Conservative Justice Hagedorn joins progressives in telling the president he must follow the regular path through lower courts first.
The 2020 spring “pandemic election” and the contentious fall presidential election crossed paths Thursday when a narrow 4-3 vote of the Wisconsin Supreme Court rejected President Donald Trump’s bid to have more than 200,000 legally cast ballots thrown out.
Conservative Justice Brian Hagedorn voted with progressive justices Jill Karofsky, Rebecca Dallet, and Ann Walsh Bradley in directing the president’s reelection campaign to first follow the regular path through lower courts.
Had Karofsky not defeated conservative incumbent Dan Kelly in April, Hagedorn’s defection might not have been enough to stop justices Rebecca Bradley, Annette Ziegler, and Chief Justice Pat Roggensack from fast-tracking Trump’s effort to up-end the victory that Wisconsin voters gave to President-elect Joe Biden.
“The majority takes a pass on resolving the important questions presented by the petitioners in this case,” wrote Rebecca Bradley, though the “important questions” she sought to immediately consider involve still evidence-free accusations about ballots cast in only two of Wisconsin’s 72 counties.
Hagedorn wrote that state statutes are clear that in election disputes “these actions should be filed in the circuit court, and [state law] spells out detailed procedures for ensuring their orderly and swift disposition.”
“Following this law is not disregarding our duty, as some of my colleagues suggest,” Hagedorn writes. “It is following the law.”
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“We welcome the direction of the Supreme Court to file in Dane and Milwaukee counties as we pursue making certain that only legal votes count in Wisconsin—and we will immediately do so,” said Jim Troupis, Wisconsin counsel for the campaign. “It was clear from their writings that the court recognizes the seriousness of these issues, and we look forward to taking the next step. We fully expect to be back in front of the Supreme Court very soon.”
The legal defeat was the latest in a string of losses for Trump’s post-election lawsuits. Judges in multiple battleground states have rejected his claims of fraud or irregularities.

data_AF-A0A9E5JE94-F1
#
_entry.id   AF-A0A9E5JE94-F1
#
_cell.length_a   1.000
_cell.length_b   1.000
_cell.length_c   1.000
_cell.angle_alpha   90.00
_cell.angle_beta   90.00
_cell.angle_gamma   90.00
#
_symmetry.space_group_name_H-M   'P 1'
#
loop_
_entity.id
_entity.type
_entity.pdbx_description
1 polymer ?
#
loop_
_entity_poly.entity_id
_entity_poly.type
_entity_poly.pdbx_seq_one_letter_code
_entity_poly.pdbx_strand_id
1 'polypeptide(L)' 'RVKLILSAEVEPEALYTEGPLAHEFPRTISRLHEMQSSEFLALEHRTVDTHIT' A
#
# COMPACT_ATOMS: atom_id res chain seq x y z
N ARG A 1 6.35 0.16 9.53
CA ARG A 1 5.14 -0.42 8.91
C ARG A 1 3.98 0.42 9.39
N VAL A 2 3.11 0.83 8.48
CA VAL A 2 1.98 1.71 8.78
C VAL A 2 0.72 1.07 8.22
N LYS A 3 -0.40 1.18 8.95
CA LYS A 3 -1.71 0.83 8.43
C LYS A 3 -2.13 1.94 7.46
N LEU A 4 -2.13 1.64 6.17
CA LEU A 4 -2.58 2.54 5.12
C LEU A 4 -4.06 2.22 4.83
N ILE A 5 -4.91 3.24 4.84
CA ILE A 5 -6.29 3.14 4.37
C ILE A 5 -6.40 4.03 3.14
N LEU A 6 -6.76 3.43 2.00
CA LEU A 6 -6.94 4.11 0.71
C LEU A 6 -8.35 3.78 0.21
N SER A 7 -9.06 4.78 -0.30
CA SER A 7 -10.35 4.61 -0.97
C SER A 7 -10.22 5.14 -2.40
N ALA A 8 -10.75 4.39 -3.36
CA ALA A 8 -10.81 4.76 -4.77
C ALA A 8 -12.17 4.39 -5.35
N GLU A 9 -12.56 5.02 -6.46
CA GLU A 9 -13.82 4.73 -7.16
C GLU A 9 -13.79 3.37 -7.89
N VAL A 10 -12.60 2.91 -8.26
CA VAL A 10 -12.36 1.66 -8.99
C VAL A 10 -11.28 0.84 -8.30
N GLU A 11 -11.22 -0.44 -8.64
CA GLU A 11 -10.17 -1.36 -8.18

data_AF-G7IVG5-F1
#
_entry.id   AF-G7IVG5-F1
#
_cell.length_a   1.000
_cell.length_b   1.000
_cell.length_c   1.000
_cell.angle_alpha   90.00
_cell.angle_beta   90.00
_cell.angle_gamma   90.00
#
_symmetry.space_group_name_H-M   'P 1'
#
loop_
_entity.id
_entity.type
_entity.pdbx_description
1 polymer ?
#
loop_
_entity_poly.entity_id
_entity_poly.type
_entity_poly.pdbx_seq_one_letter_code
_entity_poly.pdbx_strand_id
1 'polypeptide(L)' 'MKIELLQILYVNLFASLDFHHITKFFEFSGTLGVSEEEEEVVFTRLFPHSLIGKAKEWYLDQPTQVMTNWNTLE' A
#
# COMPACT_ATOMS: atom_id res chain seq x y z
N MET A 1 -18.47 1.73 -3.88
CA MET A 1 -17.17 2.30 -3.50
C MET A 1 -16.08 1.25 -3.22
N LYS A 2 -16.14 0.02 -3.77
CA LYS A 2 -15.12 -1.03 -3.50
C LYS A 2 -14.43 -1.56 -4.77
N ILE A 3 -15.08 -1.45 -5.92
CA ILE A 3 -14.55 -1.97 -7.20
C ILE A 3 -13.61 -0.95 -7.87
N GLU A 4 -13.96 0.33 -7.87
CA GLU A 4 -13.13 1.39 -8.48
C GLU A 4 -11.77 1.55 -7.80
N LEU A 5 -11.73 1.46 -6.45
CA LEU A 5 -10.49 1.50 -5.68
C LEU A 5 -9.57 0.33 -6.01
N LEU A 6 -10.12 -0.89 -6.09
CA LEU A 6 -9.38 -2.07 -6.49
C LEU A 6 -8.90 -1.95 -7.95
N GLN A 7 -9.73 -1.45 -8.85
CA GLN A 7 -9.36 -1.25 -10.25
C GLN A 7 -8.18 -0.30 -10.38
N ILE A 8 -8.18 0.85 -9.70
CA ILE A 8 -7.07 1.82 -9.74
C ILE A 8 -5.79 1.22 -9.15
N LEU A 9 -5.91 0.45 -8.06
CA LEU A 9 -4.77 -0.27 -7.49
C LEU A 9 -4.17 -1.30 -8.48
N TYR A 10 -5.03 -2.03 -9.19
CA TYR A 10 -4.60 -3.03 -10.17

Trump had asked the Wisconsin Supreme Court to disqualify more than 221,000 ballots in the state’s two biggest Democratic counties, alleging irregularities in the way absentee ballots were administered. His lawsuit echoed claims that were earlier rejected by election officials in Milwaukee and Dane counties during a recount that barely affected Biden’s winning margin of about 20,700 votes.
Trump has also filed a similar suit in federal court.
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Trump’s legal team is specifically looking to toss: 170,140 in-person absentee ballots that did not have a separate written application (in fact, ballot envelopes count as applications for early in-person voting); 5,517 absentee ballots where clerks “cured” the envelopes (curing is a legal, common practice); 28,395 absentee ballots where voters claimed the “indefinitely confined” status (state law leaves it up to the voter to consider themselves indefinitely confined or not); and 17,271 absentee ballots returned to clerks in Madison at ballot collection events.
That adds up to 221,323 ballots the campaign hopes to throw out in a last-ditch effort to deliver Wisconsin’s 10 electoral votes to Trump.
Attorneys for Gov. Tony Evers called the state lawsuit an “assault on democracy” and urged the court not to accept original jurisdiction of the case.
“President Trump’s (lawsuit) seeks nothing less than to overturn the will of nearly 3.3 million Wisconsin voters,” Evers’ attorneys said in filings with the court. “It is a shocking and outrageous assault on our democracy. … He is simply trying to seize Wisconsin’s electoral votes, even though he lost the statewide election.”
Two other lawsuits filed by conservatives are still pending with the Wisconsin Supreme Court seeking to invalidate ballots cast in the presidential election. In addition to Trump’s federal lawsuit, there is another one in federal court with similar claims from Sidney Powell, a conservative attorney who was removed from Trump’s legal team.
The Associated Press contributed to this story.